My new "drummer" mama. She's also an amazing painter.

I really don’t have any typical New Year’s resolutions this year. Last year was filled with highs and lows, professionally and personally. Becoming a full-time caregiver has been one of the greatest challenges of my life, but that’s another story.

This year, my only resolution is not a thing “to do,” but a thing to experience in my heart, each and every day: JOY.  That’s it.  Simple, unabashed, joy -- to feel joy not just in my heart, but also in my bones, deep down inside at the cellular level.

In the book Eat, Pray, Love, Liz’s spiritual guide in Bali says: “Even smile with your liver.”

Good advice, because so many of us have become accustomed to frowning in our bodies.  Oh, that litany of aches and pains, stemming from hurt, anxiety and depression.

Some days, the pain I feel while seeing my parents decline in dementia is so intense, I forget that the sun shines, that babies giggle, that there is always something new and fresh in the world, like the fragrant herbs and delicious tomatoes I grow in my balcony garden.

But one thing I haven’t forgotten is my love and practice of music and dance, which I rediscovered last year, in spite of everything. This is the year of spiraling upwards into joy, not spiraling downwards into sadness.

No matter what.

Think about it.  We focus so much on the external. The challenges of losing weight, quitting smoking, starting an exercise program or cutting back on drinking – whatever your “bad” habit demons are – all these pale in comparison to the ultimate challenge of living in a state of grace and JOY no matter what shit storm hits you.

Happiness is our birthright.

So for inspiration -- and sheer, glorious fun -- I marched with the Coconut Grove Drum Circle during the King Mango Strut Parade on December 29,  which got me started on the right foot January 1.

During the event, I interacted with the spectators on the sidewalk by sharing my percussion accessories.  I also felt the embrace of a friendly, warm group of people who practice the arts of drumming and dance.

Coconut Grove Drum Circle at King Mango Strut Parade 2013
No shortage of exuberance with this drummer. 

Coconut Grove Drum Circle at King Mango Strut Parade 2013
I think this lady was totally smiling with every fiber of her being.  I want to be her when I grow up.

The Coconut Grove Drum Circle meets on the corner of Commodore and Grand Avenue the first Saturday of every month around 8 PM.  Stop by and listen.  It also coincides with an art walk. A good way to spend the evening, Miami-style.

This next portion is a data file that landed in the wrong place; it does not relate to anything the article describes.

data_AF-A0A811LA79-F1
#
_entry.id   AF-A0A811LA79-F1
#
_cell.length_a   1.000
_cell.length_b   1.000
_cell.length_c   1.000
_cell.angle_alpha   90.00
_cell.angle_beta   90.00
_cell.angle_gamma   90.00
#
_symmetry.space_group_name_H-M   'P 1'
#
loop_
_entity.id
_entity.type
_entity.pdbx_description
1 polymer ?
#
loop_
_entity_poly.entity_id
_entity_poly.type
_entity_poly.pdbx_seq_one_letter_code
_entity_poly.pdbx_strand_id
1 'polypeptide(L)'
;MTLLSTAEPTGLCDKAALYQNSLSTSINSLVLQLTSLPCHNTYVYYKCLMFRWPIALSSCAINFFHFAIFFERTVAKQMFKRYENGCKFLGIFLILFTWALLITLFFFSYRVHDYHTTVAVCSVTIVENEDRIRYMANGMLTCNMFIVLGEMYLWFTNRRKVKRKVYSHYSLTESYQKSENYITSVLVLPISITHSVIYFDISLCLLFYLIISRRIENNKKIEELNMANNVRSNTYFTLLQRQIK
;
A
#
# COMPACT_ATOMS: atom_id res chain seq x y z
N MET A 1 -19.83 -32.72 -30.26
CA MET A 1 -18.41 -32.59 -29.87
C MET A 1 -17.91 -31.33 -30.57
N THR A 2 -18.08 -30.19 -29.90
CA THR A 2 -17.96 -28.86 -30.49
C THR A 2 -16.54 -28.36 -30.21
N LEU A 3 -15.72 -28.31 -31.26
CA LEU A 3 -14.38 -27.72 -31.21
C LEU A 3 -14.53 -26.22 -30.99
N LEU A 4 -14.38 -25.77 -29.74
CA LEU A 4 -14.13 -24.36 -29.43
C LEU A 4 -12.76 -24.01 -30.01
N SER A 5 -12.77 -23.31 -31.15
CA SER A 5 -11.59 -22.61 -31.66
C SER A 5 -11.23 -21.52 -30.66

Sometimes, random passers-by try playing shared instruments.  I once shared a small drum with a little girl who was a tourist in Miami. Her parents nodded in approval and the child gleamed for five minutes. What an experience for her: go ahead, try something new, experience joy.

The circle is so germane to our archetypal consciousness; it symbolizes a space that is enclosed but still fluid, a space that allows for a sense of community that respects individuality.

Irish poet W.B. Yeats once wrote: "How can we know the dancer from the dance?"  Well, we can't. Both are one and the same -- united, in harmony, gliding through the ether.

Movement means joy to me.  Stagnation spells spiritual death. So I’m going to continue to love my new friends, beat the heck out of those drums and shake my booty to my heart’s content.

I don’t just want to smile with my liver. I want to smile out of my sweaty pores, every hair follicle, my retinas -- every fiber of my being. I want to giggle like a baby over something silly.  I want to sing lullabies and funny tunes with my mom and dad. I want to feel the vibration of music in my soul, to laugh like everyone's watching.  I’ve released the past and will drum my way into a new year filled with music, dance and joy.

And love, lots of love.  I'm sure my future husband will love it when I'm smiling, even in my sleep.

What brings you joy?